In Judith Raum’s artwork, there is always something that appears alongside something else. For example, alongside the production and exhibition of painted fabrics, whose colors shimmer and oscillate as the viewer moves past them, reminding him perhaps of Redon’s palette or stitch work by Missoni, there is an analytical, conceptual discourse backed up by documents full of historical and economic facts. Alongside fabrics suspended vertically from the ceiling, forming a fold on the floor and dividing the space with a certain gravity, alongside light, flawed objects displayed horizontally and close to the ground, and alongside a cloud-like vault of hanging threads or strings woven into sculptures, there are photographs from archives and accompanying texts attached to white walls and tin sheets covered with paper. Alongside delicate knots of sticks, stems, and pipes with silver cigarette paper attached to their rough, split ends, and alongside the elaborately casual arrangement of objects that the artist has picked up during her walks and reworked, objects such as feathers painted with watercolors or inserted into the hollows of bones, there are lecture performances for multiple voices, in which facts mingle with subjective travel impressions. At times it almost seems as if the “alongside” is not just a question of the usual placing of things next to one another in space, but rather a border case in which things are actually placed inside one another. If we look at a section of the blue-tinted maps of the German-built Anatolian railway line, the missing parts and blemishes cause it to resemble the play of forms on one of the large cotton cloths.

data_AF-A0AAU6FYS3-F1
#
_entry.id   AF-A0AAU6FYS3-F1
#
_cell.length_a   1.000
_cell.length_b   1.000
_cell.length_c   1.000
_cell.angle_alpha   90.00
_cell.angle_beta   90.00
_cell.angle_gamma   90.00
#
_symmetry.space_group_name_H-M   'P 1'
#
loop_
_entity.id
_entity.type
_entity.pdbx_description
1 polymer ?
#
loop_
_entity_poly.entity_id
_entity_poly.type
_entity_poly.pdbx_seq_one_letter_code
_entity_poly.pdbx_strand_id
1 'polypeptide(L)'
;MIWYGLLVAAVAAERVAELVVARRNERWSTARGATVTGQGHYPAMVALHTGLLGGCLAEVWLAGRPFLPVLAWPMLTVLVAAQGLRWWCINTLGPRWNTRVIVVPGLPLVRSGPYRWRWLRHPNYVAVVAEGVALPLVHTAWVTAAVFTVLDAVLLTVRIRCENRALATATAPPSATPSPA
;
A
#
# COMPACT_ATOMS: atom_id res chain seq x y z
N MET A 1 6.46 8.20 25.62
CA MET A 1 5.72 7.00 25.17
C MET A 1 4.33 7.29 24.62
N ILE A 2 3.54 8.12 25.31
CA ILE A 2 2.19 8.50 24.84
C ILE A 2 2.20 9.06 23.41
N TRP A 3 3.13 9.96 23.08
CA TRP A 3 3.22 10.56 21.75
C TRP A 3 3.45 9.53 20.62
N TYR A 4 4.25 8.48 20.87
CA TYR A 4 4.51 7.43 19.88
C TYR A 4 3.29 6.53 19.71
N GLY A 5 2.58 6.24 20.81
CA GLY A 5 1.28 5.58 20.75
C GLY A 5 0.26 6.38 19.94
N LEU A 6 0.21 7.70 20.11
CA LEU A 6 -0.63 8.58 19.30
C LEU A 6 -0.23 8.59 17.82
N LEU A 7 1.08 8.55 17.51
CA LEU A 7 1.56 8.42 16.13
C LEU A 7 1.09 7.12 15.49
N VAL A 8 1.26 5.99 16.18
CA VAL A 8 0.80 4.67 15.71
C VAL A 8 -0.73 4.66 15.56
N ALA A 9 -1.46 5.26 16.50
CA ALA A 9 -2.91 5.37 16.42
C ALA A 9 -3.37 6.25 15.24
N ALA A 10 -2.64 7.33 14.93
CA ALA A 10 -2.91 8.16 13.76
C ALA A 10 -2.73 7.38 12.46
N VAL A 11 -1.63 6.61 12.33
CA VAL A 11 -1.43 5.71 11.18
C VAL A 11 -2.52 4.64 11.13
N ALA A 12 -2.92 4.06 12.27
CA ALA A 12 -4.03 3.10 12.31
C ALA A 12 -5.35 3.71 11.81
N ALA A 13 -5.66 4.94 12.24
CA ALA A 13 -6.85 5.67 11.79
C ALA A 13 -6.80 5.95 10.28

The concept grasps the thing. It takes it up with determination in order to define it and turn it into an ideal thing, or in order to represent this ideality as its essence. Art, on the other hand, grasps what lies alongside the thing that has turned into an ideal thing. It reaches into an off-space. In the end, the concept cannot avoid deciding whether something is this or that, or even if it is definable at all. Even though an artist must constantly decide what to do and what not to do, what to use and what not to use, art that grasps what lies alongside the ideal thing no longer deals with decisions that aim at definability.
In making use of the concept, then, Judith Raum exposes the concept to something alongside its power of determination, something that escapes its command. What does this mean? (...)
The full is published in the book
Judith Raum: eser
archive books Berlin, june 2014